Exemption u/s 54F could not be denied for fraud by builder in constructing building without NOC

Exemption u/s 54F could not be denied for fraud by builder in constructing building without NOC not disclosed to the assessee

ABCAUS Case Law Citation:
ABCAUS 3101 (2019) (08) ITAT

Important case law relied upon by the parties:
Kanan Chandra Sekhar vs. ITO, 165 ITD 315
Dileep Ranjrekar, 101 taxman.com 104
Balkishan Atal vs. ACIT 104 taxman.com 432.
Seema Sabharwal vs. ITO, 193 TTJ 128
Banaria Engineering Ltd. vs. ITO

The appeal was filed by the assessee against the order passed by the CIT(A) in disallowing the exemption u/s 54 of the Income tax Act (the Act) to the assessee.

The assessee sold his House and the sale consideration was invested by the assessee in the purchase of new residential house. This new house was purchased from a builder through executing a Memorandum of understanding.

Later, the assessee learnt that No Objection Certificate (NOC) issued to the builder had been cancelled. However, writ petition filed by the builder in the Hon’ble High Court was still pending adjudication.

During the scrutiny assessment proceedings, the assessee was required to furnish the details of investment and was further required to explain as to how in the absence of purchase deed/transfer of property in question it could be established that the assessee has purchased the said property.

During discussion, the assessee stated that due to litigation, possession of property was not handed over to him. It was submitted that the Hon’ble High Court had directed the company not to sell, agree to sell or enter into agreement with regard to parties and whatsoever in manner in respect of portion of building above 40 meter.

However, the AO was not convinced by the submission of the assessee and disallowed the claim of the assessee u/s. 54F of the Act.

Feeling aggrieved by the order passed by the Assessing Officer, the assessee preferred an appeal before the ld. CIT(A).The assessee relied upon CBDT Circular Nos.471 and 672 dated 15.10.1986 and 16.12.1993 respectively. However, CIT(A) had confirmed the order passed by the Assessing Officer.

Before the Tribunal, the assessee contended that the allotment of land was not within the power and control of the assessee. The assessee with all bona fide invested the long term capital gain for purchase of residential flat and also invested huge amount. The assessee could not be made to suffer twice on account of denial of benefit of section 54 as well as non-handing over the possession pursuant to the directions of Hon’ble Karnataka High Court.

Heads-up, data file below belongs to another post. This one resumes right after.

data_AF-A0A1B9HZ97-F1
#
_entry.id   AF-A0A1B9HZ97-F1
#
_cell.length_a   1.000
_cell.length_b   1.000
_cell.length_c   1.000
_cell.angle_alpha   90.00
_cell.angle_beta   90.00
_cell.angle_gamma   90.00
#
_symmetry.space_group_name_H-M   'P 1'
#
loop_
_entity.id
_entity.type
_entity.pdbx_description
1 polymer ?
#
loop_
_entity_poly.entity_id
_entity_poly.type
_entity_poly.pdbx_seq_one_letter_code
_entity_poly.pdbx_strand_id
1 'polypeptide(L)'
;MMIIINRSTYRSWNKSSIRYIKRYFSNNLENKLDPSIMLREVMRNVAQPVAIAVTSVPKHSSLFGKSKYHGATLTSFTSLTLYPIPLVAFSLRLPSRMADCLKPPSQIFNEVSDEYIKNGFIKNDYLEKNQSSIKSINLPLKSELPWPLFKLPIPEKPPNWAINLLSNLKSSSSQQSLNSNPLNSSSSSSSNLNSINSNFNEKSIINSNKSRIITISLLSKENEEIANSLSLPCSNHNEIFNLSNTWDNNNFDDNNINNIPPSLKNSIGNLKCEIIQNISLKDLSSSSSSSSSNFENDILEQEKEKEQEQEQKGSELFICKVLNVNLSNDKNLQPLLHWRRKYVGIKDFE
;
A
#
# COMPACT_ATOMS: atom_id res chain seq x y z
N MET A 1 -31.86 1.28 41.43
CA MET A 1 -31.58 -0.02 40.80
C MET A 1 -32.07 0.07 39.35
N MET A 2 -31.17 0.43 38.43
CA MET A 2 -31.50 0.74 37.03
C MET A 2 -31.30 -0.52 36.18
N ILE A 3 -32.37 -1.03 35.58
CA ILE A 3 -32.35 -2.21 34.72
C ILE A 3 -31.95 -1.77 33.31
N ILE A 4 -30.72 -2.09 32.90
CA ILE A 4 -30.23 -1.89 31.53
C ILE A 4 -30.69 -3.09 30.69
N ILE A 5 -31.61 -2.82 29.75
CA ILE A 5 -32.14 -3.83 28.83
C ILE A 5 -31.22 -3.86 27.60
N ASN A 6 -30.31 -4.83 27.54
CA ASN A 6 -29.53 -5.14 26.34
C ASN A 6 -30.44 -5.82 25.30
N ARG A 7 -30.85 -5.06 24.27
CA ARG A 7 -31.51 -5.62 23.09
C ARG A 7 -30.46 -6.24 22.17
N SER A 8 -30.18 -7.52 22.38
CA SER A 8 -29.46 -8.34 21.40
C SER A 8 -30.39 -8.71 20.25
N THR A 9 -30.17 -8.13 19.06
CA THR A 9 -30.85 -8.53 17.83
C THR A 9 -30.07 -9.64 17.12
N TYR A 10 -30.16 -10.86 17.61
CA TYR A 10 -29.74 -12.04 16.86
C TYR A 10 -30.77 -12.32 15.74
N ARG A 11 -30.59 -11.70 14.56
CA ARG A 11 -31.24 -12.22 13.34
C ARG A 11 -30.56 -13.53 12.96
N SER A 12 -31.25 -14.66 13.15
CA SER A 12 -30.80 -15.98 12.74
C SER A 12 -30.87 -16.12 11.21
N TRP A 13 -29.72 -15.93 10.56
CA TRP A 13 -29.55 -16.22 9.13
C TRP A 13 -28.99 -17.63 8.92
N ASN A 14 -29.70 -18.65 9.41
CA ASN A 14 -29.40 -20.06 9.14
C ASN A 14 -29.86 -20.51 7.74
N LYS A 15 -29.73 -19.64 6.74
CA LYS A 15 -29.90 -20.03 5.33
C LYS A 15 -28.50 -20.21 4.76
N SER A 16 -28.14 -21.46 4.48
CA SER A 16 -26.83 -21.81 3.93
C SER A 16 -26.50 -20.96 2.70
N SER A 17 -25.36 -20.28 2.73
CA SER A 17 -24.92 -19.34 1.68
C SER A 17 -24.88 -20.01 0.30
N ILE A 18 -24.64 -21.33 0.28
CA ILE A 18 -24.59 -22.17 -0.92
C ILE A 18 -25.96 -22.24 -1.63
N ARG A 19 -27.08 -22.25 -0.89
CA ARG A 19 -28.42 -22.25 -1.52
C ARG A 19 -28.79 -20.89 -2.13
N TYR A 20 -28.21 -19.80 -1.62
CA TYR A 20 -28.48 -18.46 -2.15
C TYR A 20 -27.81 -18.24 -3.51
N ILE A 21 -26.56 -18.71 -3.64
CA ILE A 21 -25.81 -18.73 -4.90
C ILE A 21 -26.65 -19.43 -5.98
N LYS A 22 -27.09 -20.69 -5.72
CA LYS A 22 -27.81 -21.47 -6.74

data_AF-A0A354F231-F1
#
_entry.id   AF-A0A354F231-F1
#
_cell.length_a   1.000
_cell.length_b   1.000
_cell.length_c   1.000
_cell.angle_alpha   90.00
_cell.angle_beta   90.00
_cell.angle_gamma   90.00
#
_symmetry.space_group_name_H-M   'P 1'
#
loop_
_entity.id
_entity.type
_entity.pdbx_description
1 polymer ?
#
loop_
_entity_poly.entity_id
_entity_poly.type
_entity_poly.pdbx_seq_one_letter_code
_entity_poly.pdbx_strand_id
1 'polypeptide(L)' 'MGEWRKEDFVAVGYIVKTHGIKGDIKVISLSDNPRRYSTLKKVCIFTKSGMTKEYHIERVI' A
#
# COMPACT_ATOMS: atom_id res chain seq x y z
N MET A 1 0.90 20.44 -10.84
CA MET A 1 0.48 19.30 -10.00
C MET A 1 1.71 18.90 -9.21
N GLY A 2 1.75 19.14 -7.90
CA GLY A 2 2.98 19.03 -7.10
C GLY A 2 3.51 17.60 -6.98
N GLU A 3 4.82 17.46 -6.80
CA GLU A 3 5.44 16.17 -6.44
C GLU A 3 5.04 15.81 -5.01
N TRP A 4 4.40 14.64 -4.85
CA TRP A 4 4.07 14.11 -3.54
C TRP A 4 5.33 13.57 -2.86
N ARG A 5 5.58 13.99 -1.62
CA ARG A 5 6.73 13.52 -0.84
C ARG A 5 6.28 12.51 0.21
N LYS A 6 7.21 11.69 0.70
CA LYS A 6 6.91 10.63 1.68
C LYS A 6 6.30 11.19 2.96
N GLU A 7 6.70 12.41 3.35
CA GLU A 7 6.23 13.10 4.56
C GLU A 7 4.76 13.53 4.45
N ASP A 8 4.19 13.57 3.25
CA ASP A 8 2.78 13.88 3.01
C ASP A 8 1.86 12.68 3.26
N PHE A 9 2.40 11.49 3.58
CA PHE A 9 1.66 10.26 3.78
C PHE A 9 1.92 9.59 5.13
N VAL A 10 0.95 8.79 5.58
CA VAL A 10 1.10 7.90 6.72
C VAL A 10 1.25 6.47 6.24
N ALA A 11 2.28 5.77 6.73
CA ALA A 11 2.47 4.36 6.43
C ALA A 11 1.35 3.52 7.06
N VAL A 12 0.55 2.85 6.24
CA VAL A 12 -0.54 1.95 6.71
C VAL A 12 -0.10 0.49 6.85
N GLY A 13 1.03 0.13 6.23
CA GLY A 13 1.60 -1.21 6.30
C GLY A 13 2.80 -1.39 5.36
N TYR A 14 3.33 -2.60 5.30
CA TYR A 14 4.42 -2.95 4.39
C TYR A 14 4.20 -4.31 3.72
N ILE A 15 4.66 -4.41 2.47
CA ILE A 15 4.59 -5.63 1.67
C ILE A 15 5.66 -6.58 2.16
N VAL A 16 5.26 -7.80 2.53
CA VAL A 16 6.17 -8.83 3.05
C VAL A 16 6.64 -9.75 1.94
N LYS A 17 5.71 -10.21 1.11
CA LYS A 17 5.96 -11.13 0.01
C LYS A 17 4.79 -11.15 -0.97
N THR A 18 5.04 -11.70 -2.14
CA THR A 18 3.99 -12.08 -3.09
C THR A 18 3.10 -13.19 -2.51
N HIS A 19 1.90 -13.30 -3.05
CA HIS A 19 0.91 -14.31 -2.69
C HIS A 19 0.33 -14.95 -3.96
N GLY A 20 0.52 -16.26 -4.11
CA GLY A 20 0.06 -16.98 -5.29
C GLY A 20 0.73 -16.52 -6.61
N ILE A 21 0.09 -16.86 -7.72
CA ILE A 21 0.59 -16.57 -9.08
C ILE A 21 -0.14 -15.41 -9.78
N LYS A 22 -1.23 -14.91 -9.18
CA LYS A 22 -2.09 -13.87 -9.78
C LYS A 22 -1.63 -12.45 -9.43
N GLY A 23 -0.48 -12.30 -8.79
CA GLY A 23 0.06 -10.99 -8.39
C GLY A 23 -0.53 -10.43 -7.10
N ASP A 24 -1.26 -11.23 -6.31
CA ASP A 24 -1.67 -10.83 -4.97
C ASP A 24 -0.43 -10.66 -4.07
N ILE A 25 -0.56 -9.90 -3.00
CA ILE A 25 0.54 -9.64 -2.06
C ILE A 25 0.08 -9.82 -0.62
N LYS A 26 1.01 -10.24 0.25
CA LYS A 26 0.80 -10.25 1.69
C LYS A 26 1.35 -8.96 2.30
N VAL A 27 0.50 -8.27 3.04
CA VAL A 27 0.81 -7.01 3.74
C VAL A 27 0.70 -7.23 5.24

On the other hand, the Revenue contended that neither there was any agreement for purchase of residential flat by the assessee and the builder nor there was any commitment on the part of the builder to build-up the flat nor it was a case that NOC was granted.

Also, it was submitted that the assessee/buyer should be aware about his rights and should not have invested in the apartment which has no legal sanction. In the alternative, it was submitted that the MOU was neither a titled document nor sale agreement in favour of the assessee.

Exemption u/s 54F could not be denied for fraud by builder 

The Tribunal observed that it was not the case of the Assessing Officer that the assessee had not booked the flat with the builder. It was also not the case of the Assessing Officer that he had not made the payment to the builder in time. It was also not the case of the Revenue that there was no stay by the High Court and the matter was not sub-judice before the High Court.

The Tribunal noted that the only reason given by the AO is that in case the writ petition is disallowed and the relief sought is declined then the assessee would not be entitled to flat.

The Tribunal opined that what is required to be seen is intention of the assessee at the time of making the investment in the building project. If there was no inhibition or embargo at the time of investment, at that time the assessee was entitled to the title of the residential unit, then the assessee is entitled to benefit of section 54F.

The Tribunal stated that the assessee could not be denied benefit of section 54F on account of delay by the builder or on account of the reason for delay in allotment/construction of the flat, which are not attributable to the assessee.

The Tribunal added that section 54F is a beneficial legislation and has been inserted with a view to promote investment of the long term capital gains in the building of residential premises. Technical reasons, or fraud or unscrupulous activities of the builder could not be made a ground for denial of benefit of section 54F.

The Tribunal opined that the assessee was entitled to benefit of section 54F. However, on account of interdiction by High Court, the possession had not been handed over to the assessee.

The Tribunal opined that no order of the court was intending to harm any person. For no fault of the assessee, the assessee could not be denied benefit of section 54F merely because the clearance of the project was pending before the Hon’ble High Court.

Accordingly, the appeal of the assessee was allowed.

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